Based on the characteristics ascribed to people high in nAch and in nAff as well as on the behaviors they seek pleasure from, we assumed that the leaders’ nAch manifests itself in the form of passive leadership and that their nAff would appear as a concern for their followers’ needs. Considering nAff by itself, the followers indicated that the leaders were more sensitive to their needs and more considerate of their feelings when taking actions. Thus, the leaders’ concern for others is not only an inner striving, but becomes visible in the way leaders interact with followers and does not go unnoticed by their subordinates. nAch only marginally related to perceptions of passive leadership. Leaders who are solely driven by nAch neglect essential leadership tasks (Spangler et al., 2014). Yet, they communicate performance evaluation standards, show disapproval if followers fail to meet them, and acknowledge improvements in the quality of work (Cornelius and Lane, 1984; Delbecq et al., 2013). Because they articulate expectations and recognize achievements, they actually take more leadership actions than passive leaders, who do not act until problems become severe or errors occur (Bass and Avolio, 1994). When followers make mistakes and do not complete tasks, they jeopardize the extraordinary achievements such leaders strive for; thus, leaders high in nAch probably intervene more timely to prevent incidents and rather show active instead of passive management by exception (see Bass and Avolio, 1994).
The Interactive Effect of nPow, nAch, and nAff on Leadership Success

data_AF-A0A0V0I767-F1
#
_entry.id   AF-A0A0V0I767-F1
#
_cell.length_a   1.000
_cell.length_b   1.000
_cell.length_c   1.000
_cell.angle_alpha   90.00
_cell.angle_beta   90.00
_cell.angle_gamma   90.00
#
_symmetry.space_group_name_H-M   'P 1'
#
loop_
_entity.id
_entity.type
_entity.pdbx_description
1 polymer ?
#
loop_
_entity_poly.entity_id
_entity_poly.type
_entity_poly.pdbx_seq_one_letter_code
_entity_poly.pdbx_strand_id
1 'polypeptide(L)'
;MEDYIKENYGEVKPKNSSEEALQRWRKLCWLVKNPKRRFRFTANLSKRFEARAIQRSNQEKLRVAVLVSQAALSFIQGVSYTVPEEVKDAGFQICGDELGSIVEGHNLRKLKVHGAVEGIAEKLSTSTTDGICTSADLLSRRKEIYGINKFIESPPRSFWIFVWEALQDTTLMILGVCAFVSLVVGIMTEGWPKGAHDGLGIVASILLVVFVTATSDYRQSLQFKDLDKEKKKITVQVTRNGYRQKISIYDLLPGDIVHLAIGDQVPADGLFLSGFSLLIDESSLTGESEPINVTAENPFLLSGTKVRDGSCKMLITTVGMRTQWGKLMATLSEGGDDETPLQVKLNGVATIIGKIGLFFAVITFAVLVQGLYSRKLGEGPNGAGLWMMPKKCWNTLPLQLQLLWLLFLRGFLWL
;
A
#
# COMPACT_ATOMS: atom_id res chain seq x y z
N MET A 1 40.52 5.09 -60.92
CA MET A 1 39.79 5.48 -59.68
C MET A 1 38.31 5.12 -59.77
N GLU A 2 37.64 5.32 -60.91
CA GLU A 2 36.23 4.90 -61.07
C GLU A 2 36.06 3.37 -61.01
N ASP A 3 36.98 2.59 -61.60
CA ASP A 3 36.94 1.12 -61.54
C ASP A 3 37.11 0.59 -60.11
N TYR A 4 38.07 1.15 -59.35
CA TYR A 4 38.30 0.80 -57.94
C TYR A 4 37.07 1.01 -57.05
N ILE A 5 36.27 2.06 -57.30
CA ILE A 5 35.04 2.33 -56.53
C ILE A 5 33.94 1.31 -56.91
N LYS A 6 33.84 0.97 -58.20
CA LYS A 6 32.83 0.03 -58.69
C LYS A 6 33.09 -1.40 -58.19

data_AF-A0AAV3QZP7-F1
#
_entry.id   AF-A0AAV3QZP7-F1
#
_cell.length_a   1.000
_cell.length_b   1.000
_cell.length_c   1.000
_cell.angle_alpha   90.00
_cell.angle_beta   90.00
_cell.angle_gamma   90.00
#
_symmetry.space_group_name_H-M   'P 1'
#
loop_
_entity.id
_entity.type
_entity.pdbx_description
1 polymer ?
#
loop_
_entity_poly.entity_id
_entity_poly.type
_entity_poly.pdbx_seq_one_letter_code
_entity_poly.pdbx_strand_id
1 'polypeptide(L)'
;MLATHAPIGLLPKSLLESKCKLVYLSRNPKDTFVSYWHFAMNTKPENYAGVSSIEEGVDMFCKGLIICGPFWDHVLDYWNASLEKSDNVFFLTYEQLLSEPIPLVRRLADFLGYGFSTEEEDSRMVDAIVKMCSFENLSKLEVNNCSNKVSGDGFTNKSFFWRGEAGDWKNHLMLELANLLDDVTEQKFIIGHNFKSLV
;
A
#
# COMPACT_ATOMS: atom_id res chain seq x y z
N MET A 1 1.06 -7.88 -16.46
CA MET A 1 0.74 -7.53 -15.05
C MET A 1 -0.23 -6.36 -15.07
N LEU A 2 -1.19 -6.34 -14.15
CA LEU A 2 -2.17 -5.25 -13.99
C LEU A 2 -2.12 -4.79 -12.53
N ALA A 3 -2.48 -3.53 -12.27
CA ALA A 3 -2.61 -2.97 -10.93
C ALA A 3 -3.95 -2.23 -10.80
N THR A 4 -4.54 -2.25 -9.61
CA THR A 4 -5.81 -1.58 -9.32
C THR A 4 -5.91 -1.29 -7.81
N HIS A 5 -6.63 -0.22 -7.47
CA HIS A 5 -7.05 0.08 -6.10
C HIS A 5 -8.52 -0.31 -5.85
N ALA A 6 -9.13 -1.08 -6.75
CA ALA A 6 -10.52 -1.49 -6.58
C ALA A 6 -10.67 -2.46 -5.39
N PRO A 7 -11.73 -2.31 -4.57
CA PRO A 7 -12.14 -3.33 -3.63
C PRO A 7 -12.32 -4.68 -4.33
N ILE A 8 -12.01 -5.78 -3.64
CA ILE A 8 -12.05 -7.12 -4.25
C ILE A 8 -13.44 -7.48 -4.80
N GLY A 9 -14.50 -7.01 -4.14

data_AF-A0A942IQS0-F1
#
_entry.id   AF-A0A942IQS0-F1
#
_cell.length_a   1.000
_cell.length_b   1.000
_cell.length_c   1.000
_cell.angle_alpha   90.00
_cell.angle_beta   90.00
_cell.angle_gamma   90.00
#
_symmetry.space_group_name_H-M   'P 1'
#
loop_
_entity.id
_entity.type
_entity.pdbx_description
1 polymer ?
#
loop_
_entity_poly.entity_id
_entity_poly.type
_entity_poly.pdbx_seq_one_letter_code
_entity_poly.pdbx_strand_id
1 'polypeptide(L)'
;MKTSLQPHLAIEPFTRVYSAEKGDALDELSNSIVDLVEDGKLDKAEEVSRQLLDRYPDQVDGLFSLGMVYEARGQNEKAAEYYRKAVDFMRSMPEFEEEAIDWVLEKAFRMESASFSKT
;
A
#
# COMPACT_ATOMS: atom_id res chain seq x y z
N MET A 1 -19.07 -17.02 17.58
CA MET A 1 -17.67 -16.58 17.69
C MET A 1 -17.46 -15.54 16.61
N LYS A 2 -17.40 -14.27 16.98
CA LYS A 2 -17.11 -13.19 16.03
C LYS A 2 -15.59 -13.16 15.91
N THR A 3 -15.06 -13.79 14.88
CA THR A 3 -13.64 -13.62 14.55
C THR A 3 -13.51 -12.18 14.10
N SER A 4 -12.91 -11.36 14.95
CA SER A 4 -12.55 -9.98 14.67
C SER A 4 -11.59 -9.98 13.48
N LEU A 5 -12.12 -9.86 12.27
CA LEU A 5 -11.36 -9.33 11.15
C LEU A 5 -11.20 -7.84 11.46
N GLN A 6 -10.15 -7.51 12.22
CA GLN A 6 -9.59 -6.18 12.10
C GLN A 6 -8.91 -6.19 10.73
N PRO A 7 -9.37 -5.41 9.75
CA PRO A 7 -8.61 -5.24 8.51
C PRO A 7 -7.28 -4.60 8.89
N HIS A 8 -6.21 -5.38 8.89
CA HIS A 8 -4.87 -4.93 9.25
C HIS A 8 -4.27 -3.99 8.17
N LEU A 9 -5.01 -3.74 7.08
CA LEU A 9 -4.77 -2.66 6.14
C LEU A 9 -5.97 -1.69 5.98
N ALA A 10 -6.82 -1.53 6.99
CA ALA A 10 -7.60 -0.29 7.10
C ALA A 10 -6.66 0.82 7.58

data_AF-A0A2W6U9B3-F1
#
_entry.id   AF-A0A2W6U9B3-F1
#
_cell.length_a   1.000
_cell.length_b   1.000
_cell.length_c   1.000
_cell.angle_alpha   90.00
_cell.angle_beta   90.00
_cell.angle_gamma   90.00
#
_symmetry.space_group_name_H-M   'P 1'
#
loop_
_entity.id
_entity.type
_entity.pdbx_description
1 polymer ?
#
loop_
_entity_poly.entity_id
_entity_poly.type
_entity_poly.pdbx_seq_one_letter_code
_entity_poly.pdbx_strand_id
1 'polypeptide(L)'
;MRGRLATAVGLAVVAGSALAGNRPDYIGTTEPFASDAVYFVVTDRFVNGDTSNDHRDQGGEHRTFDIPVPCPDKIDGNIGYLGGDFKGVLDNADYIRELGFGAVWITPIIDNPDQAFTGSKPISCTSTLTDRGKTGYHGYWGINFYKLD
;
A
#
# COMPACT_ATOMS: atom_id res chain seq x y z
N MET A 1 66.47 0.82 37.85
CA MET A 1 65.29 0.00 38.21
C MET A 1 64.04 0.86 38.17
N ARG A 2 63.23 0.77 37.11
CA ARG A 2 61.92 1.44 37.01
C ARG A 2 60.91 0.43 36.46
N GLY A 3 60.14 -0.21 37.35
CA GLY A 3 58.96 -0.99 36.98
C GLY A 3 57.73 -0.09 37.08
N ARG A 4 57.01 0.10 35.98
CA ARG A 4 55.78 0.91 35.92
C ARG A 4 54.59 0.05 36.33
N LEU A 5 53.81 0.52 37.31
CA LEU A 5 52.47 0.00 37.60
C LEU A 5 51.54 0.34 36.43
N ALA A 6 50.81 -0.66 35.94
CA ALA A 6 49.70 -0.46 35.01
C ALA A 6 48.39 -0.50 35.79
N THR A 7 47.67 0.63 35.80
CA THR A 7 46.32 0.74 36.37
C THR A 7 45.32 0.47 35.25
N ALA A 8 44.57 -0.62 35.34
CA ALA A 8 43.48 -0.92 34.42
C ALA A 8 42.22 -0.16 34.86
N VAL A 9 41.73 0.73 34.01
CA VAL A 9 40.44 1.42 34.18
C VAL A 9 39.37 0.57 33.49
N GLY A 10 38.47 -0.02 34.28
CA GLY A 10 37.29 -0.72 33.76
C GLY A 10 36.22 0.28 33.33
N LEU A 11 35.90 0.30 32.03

Based on high nAch, we assumed that nPow would more closely relate to indicators of leadership success if high nAff adds to this interplay. The results of our analyses confirm that affiliation does indeed boost the relation to the followers’ satisfaction and the leaders’ career success. Followers are more satisfied contingent on high nAff because this motive channels the leader’s strivings into socially acceptable ways and energizes follower-centered, supportive leadership behaviors. In an earlier study, Kolb and Boyatzis (1970) found a certain combination of the needs for power, achievement, and affiliation to result in effective helping behavior. Helping behavior relates to one’s intent to promote the development or improved functioning of others (Rogers, 1961). As leaders aim to develop their followers’ skills to improve their performance and foster their personal growth (Boyatzis, 1979), leader-follower-interactions have been considered a kind of helping relationship (Kolb and Boyatzis, 1979). Kolb and Boyatzis (1970) found people to be particularly effective helpers if they were moderately high in nPow, nAch, and nAff. However, the study drew on MBA students who helped others to achieve personal change goals rather than on leaders. Although the authors state that helping behavior is best viewed in terms of an interactive effect of the three motives (Kolb and Boyatzis, 1979), analyses relied on main effects instead of considering their interplay as we did here. Looking at the three-way interaction, we further found leaders to be more successful in building their career if their nAff was high compared to low. Given their interpersonal competence (Weinberger et al., 2010), affiliative leaders easily engage in public and social relations activities (Yukl, 2002) that can advance their careers (Ng et al., 2005). However, the plotting of the slopes reveals high nAch modulated by low nPow and low nAff to be more important for the leaders’ career success. This finding is congruent with evidence found by McClelland and Franz (1992). Their study, which looked at a period of 10 years, revealed that even though work accomplishments depended on a socialized power motive, earned income was predicted by nAch. Our results further suggest that Winter (1973) and McClelland (1975) were right in assuming that an excessive nPow would threaten a leader’s success if her or his nAff does not channel its negative impact. When we kept nAch constant, increases in a leader’s nPow fostered their followers’ satisfaction and perceptions of transformational leadership just as the leaders’ career success if high nAff added to the interplay. When nAff was low, relations did not only remain unchanged; increases in nPow even diminished these favorable outcomes. Thus, nAff does indeed have the ability to counteract the negative impacts of an excessive power motive and to channel the interplay of nPow and nAch into more successful pathways.